Top: Walls came tumbling down to reveal an open-concept plan for the renovated home. Bottom left: Ebonized walnut cabinets fill one wall of the kitchen, wrapping around the KitchenAid refrigerator. Bottom Right: In the kitchen, walnut open shelves hang from the wall clad countertop-to-ceiling with basalt limestone hexagon picket tiles.

In the living room, the original Mediterranean fireplace was painted Decorator’s White. Above it hangs two framed “Tangled” strike-offs from Porter Teleo Studio. On one side of the fireplace, stacks of firewood piled in cubbies add organic warmth, while books on the opposite side are grouped by color or theme. “We wanted the focus of this room to be on books and conversation, just being together,” says Porter. On the far wall hangs a large, colorful canvas that Porter exhibited at Blue Gallery in 2015; Sally bought it while they were dating, and the rest is history.

Just around the corner is the family room, where a deep L-shaped sofa provides the perfect place to curl up and watch a movie, with the TV suspended over a vintage steel and wood console, which Sally had updated by RelicBuilt. A black soapstone sculpture, “Egg Head,” is also by Sally’s mother. The room is anchored by a large contemporary painting of Porter’s and softened by silk taffeta drapery in Porter’s favorite color, goldenrod.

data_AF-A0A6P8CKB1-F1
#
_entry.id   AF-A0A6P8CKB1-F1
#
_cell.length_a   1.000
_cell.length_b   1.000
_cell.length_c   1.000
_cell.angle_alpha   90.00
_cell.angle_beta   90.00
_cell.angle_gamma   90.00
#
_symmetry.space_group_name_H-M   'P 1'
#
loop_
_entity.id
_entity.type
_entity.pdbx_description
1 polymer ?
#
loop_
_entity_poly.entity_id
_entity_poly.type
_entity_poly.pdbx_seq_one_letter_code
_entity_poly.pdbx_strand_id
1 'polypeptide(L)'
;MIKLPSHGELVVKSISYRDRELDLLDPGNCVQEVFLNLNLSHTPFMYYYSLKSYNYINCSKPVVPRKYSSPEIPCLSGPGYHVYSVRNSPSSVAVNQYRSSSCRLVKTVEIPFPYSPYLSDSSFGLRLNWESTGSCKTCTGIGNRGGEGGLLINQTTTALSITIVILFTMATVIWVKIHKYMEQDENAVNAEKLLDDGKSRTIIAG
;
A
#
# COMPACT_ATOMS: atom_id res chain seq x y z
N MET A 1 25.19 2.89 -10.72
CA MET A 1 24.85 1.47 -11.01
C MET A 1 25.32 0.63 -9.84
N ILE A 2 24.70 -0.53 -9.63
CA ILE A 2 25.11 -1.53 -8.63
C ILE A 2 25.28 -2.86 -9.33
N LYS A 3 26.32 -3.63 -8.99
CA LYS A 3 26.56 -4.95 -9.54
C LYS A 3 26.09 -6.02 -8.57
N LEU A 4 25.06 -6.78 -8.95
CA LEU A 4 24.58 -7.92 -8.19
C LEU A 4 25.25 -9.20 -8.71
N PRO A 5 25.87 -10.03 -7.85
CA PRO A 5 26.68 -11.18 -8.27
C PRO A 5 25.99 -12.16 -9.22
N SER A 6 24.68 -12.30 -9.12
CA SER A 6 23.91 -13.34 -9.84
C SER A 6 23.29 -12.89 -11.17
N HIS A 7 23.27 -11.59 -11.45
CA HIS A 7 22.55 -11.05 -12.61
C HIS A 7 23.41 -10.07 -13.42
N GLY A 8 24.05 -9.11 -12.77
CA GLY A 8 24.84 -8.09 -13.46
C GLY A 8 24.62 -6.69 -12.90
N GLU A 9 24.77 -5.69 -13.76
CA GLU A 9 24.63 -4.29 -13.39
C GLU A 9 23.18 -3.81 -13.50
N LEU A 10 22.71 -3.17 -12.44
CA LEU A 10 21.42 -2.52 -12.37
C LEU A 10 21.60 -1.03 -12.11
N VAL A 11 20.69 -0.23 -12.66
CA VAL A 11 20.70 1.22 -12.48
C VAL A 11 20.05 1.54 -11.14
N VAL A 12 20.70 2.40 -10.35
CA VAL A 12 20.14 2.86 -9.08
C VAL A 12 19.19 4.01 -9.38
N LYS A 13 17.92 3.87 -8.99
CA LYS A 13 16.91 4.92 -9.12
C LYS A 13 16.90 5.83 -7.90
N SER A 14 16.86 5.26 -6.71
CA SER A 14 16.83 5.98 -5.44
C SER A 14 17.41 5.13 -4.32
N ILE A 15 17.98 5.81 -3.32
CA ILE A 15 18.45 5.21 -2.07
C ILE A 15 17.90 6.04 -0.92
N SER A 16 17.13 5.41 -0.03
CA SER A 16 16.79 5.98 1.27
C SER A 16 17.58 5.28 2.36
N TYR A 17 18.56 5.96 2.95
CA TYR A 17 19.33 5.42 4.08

Left: The soothing hue of Farrow & Ball’s “Mole’s Breath” provides the background for the colorful Paul Chidlow painting in the master bedroom. The brass and open-grain oak bed is from RH. Flower arrangement from Beco Flowers. Right: Carrara marble wainscoting and flooring give the master bathroom a spa-like serenity.

The master bedroom is purposefully restful, with a painting “we both love,” says Porter, by Cincinnati artist Paul Chidlaw. The adjacent master bath features a deep soaking tub and Benjamin Moore’s Paper White on the walls. “I looked at over 30 shades of white to get just the right one,” Porter says. Ebonized walnut cabinetry, burnished-brass fixtures, and quartz countertops continue the streamlined look.

The kitchen is in the rear of the house, with French doors leading to the outdoor area, perfect for indoor/outdoor parties. A long island with a waterfall quartz countertop is the perfect spot for the kids to make cupcakes, lit by pendants from Mercury Row.

The powder room packs a punch with Porter Teleo’s “Kintsugi” hand-painted wallcovering and aged-brass Carrico sconces by Corrigan Studio.

Left: In the guest room, an antique console table originally from a St. Louis hotel holds Central American folk art. Right: In the powder room, the antique gilded mirror plays off the gold of the “Kintsugi” Porter Teleo wallcovering and the brass sconces

Just beyond is a quiet guestroom, the bed with a handwoven blanket from the International Folk Art Market in Santa Fe, a venture helping keep arts and crafts alive.

The studio is just beyond, where Porter can escape on Thursdays and Saturdays to follow her own artistic muse.

And it all works.

“Our house is a vessel for art and kids and family,” says Sally.

And lives well lived.

Left: Paintings in various stages of completion are displayed in Kelly Porter’s light-filled studio. Right: Left to right: Adelaide; Katharine; Campbell; Kelly; Ranger, the family’s new Labrador retriever puppy; Gibson; and Chris.

The It List

Architect: Poolehaus Design Studio

Interior Design: Lisa Schmitz Interior Design

Flowers: Beco Flowers

Wallcovering: Porter Teleo